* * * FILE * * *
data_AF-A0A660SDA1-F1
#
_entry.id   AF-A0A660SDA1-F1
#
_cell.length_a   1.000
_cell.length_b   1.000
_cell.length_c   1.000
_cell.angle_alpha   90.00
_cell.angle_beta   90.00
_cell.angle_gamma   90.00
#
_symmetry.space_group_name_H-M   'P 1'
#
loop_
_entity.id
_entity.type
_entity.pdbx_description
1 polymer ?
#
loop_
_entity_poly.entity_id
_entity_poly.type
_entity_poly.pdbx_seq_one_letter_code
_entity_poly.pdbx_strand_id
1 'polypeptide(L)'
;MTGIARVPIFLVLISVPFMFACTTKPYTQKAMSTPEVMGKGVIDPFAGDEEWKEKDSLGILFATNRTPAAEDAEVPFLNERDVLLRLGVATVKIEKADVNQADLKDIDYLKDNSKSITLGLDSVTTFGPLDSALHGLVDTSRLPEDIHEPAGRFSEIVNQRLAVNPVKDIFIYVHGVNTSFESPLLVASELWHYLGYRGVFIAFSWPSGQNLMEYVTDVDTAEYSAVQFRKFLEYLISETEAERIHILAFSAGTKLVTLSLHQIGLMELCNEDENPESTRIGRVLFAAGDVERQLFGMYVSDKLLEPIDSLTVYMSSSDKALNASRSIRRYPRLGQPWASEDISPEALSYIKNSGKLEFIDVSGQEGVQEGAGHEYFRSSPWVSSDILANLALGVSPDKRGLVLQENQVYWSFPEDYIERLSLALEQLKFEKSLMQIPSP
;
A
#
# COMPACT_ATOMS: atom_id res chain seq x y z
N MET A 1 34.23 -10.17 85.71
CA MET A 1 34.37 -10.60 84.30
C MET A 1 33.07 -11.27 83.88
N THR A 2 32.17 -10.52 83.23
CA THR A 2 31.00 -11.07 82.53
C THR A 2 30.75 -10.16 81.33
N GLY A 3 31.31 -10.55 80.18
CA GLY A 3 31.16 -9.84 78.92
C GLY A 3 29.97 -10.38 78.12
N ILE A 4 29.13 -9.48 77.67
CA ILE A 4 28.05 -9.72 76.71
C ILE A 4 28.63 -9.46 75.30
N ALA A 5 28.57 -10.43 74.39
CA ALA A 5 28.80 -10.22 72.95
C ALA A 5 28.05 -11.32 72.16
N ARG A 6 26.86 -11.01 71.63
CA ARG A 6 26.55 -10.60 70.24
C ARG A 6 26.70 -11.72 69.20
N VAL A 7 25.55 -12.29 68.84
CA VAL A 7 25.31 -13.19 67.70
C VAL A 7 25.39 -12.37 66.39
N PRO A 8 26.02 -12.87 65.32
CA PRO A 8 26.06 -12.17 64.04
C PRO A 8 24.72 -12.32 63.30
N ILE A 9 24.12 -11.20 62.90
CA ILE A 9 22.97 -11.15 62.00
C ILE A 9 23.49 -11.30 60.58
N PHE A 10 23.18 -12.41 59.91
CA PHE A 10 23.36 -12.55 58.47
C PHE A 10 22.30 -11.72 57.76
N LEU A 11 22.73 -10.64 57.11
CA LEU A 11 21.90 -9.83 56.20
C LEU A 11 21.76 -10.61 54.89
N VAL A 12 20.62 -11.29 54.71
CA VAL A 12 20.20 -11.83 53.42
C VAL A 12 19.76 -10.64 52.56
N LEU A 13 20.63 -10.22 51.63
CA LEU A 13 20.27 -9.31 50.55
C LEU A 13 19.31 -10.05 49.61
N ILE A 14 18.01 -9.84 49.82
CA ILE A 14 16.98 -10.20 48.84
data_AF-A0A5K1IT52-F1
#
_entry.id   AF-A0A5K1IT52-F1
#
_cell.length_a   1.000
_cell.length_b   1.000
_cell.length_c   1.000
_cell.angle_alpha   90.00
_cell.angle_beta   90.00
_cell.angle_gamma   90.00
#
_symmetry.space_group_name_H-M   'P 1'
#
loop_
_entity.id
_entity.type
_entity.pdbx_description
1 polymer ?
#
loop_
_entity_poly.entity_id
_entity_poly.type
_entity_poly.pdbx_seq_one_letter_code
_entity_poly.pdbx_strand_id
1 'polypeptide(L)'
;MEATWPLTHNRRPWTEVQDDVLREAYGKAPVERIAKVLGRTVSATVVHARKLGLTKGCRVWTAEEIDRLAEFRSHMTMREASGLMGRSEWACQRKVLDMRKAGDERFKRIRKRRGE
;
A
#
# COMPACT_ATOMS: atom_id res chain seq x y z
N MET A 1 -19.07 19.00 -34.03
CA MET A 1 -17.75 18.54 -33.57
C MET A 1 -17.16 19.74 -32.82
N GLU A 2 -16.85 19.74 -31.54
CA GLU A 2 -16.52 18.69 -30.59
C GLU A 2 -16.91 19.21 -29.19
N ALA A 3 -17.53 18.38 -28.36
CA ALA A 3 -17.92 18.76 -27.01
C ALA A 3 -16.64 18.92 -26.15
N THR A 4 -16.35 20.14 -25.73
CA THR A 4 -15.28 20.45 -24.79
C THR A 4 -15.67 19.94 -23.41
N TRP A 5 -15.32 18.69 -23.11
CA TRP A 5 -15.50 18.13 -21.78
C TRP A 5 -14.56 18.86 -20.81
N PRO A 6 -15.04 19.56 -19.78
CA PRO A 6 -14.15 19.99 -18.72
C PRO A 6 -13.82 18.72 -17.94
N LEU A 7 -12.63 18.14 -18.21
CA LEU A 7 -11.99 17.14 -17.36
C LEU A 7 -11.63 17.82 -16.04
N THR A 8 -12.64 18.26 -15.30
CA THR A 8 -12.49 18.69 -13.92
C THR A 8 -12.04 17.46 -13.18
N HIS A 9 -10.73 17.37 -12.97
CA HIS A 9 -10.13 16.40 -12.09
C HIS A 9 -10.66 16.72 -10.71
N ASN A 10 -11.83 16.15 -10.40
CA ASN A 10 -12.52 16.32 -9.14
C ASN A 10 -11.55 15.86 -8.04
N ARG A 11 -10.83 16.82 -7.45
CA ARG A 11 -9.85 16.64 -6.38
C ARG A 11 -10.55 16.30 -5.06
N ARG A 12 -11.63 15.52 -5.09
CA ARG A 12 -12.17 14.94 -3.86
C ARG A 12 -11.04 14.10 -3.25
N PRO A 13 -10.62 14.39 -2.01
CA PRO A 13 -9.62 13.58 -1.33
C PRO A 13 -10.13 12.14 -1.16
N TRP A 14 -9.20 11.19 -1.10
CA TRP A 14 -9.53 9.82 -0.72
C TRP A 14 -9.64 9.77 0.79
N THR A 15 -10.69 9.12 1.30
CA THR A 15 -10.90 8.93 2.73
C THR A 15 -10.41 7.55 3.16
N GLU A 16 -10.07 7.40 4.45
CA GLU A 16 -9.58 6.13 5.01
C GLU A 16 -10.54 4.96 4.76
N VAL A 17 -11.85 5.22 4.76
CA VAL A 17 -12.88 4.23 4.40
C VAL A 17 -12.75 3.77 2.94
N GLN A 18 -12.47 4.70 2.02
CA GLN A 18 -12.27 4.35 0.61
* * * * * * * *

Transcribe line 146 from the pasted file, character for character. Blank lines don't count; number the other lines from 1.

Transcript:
C THR A 15 -10.41 7.55 3.16